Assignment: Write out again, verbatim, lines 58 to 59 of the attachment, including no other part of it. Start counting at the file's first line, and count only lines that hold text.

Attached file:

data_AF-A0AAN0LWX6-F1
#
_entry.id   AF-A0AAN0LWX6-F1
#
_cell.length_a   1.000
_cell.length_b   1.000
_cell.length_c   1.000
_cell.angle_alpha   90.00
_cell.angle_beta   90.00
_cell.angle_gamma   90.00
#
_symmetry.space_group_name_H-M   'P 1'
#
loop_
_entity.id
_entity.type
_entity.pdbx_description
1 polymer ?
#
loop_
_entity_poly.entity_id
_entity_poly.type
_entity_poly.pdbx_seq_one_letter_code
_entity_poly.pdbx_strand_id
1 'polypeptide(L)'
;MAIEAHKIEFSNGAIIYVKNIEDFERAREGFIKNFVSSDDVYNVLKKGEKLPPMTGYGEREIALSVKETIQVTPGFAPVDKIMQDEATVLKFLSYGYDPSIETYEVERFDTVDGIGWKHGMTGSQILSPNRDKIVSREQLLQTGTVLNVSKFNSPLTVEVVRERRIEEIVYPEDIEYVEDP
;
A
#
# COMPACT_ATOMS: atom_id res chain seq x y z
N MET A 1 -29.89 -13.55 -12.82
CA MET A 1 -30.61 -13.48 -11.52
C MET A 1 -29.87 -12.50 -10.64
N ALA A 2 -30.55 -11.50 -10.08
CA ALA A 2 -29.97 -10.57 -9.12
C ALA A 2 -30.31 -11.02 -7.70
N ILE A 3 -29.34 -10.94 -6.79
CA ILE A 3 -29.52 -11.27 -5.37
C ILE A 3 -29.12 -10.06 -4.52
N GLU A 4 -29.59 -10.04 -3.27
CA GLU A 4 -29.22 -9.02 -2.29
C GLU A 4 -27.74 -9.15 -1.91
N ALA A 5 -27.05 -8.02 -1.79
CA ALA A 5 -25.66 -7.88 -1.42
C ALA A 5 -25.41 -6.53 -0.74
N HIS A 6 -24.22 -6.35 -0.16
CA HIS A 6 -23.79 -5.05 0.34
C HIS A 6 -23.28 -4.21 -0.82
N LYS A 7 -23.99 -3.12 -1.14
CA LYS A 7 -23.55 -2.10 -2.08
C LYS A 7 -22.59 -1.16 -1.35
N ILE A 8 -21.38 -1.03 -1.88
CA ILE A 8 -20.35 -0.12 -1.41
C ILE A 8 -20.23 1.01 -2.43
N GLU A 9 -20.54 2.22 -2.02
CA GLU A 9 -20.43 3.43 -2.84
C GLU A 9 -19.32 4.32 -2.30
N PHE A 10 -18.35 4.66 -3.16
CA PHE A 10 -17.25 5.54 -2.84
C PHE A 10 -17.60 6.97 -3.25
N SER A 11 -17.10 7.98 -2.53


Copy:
N PHE A 10 -18.35 4.66 -3.16
CA PHE A 10 -17.25 5.54 -2.84